View NYC transportation facilities bike tour in a larger map
Eighth Avenue protected bike lane
“You’re going to see the first segment of this bike lane, which was built in 2008, I believe,” Ben says. “They built out the protected bike lanes in segments of usually a mile or less. The first segment was in this residential and, more-and-more, high-tech office district in the West Village and Chelsea. Google headquarters is nearby.
“You’ll see the classic New York-style protected bike lane with parking serving as the barrier between bike traffic and vehicle traffic and you’ve got, at most intersections, pedestrian islands in the crosswalks. That’s like a nice little place for people on foot to rest. It lowers the crossing distance for them. The typical Manhattan avenue without this treatment is very highway-like, very wide, one-way, with lots of lanes. This kind of treatment has really reduced injuries on high-traffic corridors in Manhattan, typically in the 35-50 percent range. And the biggest beneficiaries in terms of safety are usually pedestrians and vehicle occupants.”
Eighth Avenue protected lane with pedestrian refuge islands at the intersections. It would be great to see Chicago incorporate more ped refuge islands into our protected lane designs. Note that the mail trucks are parked in the “floating” parking lane instead of blocking the bike lanes, as is often the case in Chicago.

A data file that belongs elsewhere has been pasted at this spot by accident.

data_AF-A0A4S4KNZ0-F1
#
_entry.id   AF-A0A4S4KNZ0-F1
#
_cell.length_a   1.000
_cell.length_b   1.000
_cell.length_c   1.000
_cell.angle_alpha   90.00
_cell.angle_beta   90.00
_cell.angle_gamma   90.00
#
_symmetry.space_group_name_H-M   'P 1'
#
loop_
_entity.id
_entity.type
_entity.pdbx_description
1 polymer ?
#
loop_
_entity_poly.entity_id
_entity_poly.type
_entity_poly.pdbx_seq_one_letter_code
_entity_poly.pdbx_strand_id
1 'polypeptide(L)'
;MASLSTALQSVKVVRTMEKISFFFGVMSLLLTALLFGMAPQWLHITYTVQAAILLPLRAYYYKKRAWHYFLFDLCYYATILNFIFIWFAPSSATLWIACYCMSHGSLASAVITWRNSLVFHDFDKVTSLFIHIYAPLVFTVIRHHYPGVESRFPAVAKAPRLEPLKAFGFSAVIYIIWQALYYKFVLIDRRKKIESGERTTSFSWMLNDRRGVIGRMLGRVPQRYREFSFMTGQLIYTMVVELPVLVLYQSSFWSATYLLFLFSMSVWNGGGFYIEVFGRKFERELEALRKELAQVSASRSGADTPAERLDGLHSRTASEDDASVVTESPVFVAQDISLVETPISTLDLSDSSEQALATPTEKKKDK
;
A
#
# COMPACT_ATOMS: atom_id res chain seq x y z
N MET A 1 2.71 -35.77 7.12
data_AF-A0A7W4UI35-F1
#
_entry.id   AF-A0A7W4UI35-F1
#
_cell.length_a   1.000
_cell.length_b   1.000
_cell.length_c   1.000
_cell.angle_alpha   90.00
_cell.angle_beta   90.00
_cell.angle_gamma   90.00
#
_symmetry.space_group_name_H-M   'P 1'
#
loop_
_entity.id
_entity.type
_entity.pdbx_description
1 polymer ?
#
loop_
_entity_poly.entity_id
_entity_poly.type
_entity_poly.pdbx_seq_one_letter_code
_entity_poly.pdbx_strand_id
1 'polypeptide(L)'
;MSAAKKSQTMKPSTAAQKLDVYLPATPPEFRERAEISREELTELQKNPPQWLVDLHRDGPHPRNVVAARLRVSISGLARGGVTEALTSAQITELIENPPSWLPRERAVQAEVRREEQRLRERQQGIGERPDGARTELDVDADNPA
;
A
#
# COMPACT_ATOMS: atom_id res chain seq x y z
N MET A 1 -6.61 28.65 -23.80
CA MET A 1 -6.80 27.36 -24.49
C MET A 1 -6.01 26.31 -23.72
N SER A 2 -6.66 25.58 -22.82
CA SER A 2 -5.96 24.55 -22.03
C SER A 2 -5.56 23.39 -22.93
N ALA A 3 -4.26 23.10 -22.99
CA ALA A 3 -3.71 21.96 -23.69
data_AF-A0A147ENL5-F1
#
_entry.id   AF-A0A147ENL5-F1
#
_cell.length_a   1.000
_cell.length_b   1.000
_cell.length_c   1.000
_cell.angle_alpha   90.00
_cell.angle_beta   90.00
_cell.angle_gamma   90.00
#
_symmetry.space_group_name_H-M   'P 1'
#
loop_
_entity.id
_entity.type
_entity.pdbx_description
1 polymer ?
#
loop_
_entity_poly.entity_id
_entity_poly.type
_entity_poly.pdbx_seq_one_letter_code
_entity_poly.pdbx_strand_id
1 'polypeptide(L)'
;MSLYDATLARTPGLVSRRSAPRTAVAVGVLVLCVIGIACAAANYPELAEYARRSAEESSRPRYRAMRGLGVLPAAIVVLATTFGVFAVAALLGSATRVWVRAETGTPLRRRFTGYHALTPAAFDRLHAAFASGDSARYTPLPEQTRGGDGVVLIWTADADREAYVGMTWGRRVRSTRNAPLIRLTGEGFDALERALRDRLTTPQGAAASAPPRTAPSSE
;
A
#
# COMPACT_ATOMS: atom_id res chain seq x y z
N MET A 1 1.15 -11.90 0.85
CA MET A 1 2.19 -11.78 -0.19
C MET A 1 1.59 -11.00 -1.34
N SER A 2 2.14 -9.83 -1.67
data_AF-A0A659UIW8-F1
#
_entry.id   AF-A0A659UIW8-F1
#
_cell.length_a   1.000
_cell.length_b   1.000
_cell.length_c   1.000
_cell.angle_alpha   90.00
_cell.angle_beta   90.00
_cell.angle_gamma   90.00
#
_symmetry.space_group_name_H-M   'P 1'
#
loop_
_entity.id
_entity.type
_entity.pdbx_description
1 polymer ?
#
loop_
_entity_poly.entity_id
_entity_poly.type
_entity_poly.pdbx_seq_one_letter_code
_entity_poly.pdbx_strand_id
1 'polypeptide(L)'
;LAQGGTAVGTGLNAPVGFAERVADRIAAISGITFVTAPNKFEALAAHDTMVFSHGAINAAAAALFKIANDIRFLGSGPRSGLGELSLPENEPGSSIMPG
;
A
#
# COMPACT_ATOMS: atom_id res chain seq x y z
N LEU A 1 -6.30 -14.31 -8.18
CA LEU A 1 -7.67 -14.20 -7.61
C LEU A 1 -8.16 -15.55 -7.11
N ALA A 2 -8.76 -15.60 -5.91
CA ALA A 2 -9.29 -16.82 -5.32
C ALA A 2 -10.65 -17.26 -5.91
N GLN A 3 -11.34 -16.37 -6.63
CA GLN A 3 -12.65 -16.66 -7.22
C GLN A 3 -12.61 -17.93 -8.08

“The first part of the bike lane you’ll ride has bike traffic signals with dedicated phases for bikes. As you progress you’ll hit the newer part of the bike lane in Midtown. It was a crucial project that they just finished this year to extend the Eighth Avenue [northbound] and Ninth Avenue [southbound] protected bike lanes from 35th Street to 59th Street. That really lets you bike to the center of the Midtown jobs nexus. You’ve also got major commuter hubs there, like Penn Station and the Port Authority. So once we get bike share up and running all these commuters from outside the city are going to have the option of using these protected bike lanes to ride their public bikes from the bus terminal or Penn Station to their jobs.”
Pedestrian plazas along Broadway
“So if you turn around by at Columbus Circle at 59th Street [at the southwest corner of Central Park] and head downtown onto Broadway, that’s going to take you to all the really high-profile pedestrian plazas in Midtown that have been implemented the past few years. The first one you’ll hit is Times Square, which starts at 47th, and that was really the boldest stroke and the most iconic reclamation of roadway space for pedestrians that Janette Sadik Khan has done. They first pedestrianized it in 2009.”